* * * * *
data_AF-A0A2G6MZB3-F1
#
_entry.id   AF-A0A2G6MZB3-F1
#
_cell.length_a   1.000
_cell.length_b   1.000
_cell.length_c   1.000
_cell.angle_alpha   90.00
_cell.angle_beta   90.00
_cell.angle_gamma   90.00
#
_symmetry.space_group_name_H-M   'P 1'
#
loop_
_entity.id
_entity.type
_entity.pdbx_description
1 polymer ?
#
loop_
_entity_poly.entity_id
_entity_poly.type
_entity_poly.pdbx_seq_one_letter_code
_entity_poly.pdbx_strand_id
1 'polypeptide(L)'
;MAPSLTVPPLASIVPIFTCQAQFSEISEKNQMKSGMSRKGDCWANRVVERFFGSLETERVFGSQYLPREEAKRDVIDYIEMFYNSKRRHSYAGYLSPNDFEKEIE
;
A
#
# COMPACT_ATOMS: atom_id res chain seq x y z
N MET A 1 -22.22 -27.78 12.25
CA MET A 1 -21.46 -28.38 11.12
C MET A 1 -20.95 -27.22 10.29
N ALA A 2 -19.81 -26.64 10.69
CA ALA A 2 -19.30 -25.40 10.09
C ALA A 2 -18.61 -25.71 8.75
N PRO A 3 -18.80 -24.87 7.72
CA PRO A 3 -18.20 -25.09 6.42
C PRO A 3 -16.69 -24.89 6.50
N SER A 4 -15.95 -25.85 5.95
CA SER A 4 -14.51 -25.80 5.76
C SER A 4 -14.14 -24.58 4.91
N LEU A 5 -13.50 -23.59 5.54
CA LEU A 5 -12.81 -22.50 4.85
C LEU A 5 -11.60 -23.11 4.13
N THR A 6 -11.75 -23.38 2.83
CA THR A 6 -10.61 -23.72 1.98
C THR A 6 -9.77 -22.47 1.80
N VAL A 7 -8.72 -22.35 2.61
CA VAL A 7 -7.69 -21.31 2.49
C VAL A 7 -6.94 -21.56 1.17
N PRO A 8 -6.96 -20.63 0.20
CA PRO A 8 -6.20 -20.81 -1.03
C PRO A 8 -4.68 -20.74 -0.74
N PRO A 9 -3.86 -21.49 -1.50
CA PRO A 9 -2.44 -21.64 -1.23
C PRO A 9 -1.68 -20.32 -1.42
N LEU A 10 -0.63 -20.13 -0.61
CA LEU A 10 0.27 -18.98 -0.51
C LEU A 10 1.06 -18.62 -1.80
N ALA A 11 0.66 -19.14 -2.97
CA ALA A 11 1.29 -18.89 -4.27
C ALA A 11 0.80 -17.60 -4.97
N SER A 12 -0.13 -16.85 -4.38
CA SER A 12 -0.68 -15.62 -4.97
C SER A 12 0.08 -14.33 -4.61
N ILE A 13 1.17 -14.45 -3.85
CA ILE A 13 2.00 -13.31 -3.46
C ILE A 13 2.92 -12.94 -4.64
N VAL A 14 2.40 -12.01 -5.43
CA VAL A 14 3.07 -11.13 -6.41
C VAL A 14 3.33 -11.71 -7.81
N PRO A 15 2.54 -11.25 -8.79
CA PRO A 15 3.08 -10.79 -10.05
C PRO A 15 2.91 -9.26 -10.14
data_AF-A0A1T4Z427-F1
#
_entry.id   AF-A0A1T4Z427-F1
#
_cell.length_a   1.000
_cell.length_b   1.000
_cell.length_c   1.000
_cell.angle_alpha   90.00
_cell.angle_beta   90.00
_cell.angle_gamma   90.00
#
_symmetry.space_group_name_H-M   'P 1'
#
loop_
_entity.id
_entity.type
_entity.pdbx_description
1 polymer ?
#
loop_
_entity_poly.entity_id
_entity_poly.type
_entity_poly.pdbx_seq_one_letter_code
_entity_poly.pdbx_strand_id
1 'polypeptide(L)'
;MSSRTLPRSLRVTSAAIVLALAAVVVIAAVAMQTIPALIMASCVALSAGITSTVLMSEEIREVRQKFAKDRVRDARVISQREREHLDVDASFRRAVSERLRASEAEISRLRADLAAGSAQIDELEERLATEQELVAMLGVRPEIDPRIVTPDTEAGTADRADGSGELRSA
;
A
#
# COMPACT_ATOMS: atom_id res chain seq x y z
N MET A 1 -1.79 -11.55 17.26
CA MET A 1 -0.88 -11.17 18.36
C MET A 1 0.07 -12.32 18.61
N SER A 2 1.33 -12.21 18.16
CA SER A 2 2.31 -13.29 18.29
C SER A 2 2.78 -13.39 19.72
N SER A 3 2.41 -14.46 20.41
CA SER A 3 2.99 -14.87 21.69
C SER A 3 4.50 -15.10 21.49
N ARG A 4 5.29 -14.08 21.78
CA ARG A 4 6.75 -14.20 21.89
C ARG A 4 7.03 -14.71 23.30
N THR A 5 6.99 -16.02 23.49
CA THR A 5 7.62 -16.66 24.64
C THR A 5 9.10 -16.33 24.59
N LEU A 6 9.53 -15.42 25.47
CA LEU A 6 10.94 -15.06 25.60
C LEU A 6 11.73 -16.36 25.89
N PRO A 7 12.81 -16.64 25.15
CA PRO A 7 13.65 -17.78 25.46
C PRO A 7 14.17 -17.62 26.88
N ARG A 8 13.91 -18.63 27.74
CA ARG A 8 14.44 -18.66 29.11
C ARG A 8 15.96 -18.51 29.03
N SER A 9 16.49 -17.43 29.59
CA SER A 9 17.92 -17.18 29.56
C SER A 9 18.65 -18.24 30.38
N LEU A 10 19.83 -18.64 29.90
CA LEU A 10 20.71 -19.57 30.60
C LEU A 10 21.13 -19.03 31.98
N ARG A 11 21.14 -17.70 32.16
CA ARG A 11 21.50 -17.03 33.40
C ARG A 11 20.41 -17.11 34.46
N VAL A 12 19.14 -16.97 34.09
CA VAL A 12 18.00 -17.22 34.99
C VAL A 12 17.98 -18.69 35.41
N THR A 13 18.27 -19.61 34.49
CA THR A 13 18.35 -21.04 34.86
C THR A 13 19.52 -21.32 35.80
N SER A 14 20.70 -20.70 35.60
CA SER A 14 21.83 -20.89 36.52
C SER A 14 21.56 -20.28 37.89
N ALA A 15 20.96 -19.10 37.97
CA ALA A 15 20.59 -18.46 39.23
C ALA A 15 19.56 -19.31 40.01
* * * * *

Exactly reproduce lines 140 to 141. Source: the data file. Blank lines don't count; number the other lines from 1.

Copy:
CA VAL A 12 18.00 -17.22 34.99
C VAL A 12 17.98 -18.69 35.41